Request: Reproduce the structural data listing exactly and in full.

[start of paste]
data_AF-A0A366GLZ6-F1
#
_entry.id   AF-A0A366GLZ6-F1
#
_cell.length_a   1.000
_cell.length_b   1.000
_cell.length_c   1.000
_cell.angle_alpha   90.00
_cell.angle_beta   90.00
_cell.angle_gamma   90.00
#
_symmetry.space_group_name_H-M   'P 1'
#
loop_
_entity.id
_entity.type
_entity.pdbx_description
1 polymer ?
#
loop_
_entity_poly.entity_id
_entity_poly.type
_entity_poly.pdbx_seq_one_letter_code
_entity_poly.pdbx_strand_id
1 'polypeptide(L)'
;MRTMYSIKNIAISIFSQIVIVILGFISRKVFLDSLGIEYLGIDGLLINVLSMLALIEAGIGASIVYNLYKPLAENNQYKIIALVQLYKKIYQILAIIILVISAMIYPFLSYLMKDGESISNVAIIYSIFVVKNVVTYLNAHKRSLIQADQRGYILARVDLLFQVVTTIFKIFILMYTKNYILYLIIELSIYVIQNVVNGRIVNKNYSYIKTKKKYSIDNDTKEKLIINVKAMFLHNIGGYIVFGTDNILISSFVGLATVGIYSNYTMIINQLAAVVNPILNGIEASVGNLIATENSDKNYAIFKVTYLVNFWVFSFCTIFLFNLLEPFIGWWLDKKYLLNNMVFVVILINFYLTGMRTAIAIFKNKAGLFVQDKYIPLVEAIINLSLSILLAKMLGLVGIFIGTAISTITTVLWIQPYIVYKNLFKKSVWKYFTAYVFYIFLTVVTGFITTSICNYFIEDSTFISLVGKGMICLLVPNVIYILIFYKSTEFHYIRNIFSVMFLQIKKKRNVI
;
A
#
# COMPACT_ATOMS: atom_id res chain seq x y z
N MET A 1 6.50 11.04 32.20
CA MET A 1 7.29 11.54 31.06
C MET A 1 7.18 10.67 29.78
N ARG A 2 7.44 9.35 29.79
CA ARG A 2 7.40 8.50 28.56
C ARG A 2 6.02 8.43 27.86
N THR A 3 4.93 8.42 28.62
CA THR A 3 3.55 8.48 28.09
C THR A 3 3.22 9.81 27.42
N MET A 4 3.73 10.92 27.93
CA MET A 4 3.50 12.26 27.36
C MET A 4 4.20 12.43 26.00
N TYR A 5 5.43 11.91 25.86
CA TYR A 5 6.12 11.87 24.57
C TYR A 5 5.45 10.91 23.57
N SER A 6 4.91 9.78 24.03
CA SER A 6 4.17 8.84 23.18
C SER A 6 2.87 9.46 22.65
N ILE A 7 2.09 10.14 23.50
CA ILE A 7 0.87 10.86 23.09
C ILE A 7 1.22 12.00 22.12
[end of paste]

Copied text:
data_AF-A0A366GLZ6-F1
#
_entry.id   AF-A0A366GLZ6-F1
#
_cell.length_a   1.000
_cell.length_b   1.000
_cell.length_c   1.000
_cell.angle_alpha   90.00
_cell.angle_beta   90.00
_cell.angle_gamma   90.00
#
_symmetry.space_group_name_H-M   'P 1'
#
loop_
_entity.id
_entity.type
_entity.pdbx_description
1 polymer ?
#
loop_
_entity_poly.entity_id
_entity_poly.type
_entity_poly.pdbx_seq_one_letter_code
_entity_poly.pdbx_strand_id
1 'polypeptide(L)'
;MRTMYSIKNIAISIFSQIVIVILGFISRKVFLDSLGIEYLGIDGLLINVLSMLALIEAGIGASIVYNLYKPLAENNQYKIIALVQLYKKIYQILAIIILVISAMIYPFLSYLMKDGESISNVAIIYSIFVVKNVVTYLNAHKRSLIQADQRGYILARVDLLFQVVTTIFKIFILMYTKNYILYLIIELSIYVIQNVVNGRIVNKNYSYIKTKKKYSIDNDTKEKLIINVKAMFLHNIGGYIVFGTDNILISSFVGLATVGIYSNYTMIINQLAAVVNPILNGIEASVGNLIATENSDKNYAIFKVTYLVNFWVFSFCTIFLFNLLEPFIGWWLDKKYLLNNMVFVVILINFYLTGMRTAIAIFKNKAGLFVQDKYIPLVEAIINLSLSILLAKMLGLVGIFIGTAISTITTVLWIQPYIVYKNLFKKSVWKYFTAYVFYIFLTVVTGFITTSICNYFIEDSTFISLVGKGMICLLVPNVIYILIFYKSTEFHYIRNIFSVMFLQIKKKRNVI
;
A
#
# COMPACT_ATOMS: atom_id res chain seq x y z
N MET A 1 6.50 11.04 32.20
CA MET A 1 7.29 11.54 31.06
C MET A 1 7.18 10.67 29.78
N ARG A 2 7.44 9.35 29.79
CA ARG A 2 7.40 8.50 28.56
C ARG A 2 6.02 8.43 27.86
N THR A 3 4.93 8.42 28.62
CA THR A 3 3.55 8.48 28.09
C THR A 3 3.22 9.81 27.42
N MET A 4 3.73 10.92 27.93
CA MET A 4 3.50 12.26 27.36
C MET A 4 4.20 12.43 26.00
N TYR A 5 5.43 11.91 25.86
CA TYR A 5 6.12 11.87 24.57
C TYR A 5 5.45 10.91 23.57
N SER A 6 4.91 9.78 24.03
CA SER A 6 4.17 8.84 23.18
C SER A 6 2.87 9.46 22.65
N ILE A 7 2.09 10.14 23.50
CA ILE A 7 0.87 10.86 23.09
C ILE A 7 1.22 12.00 22.12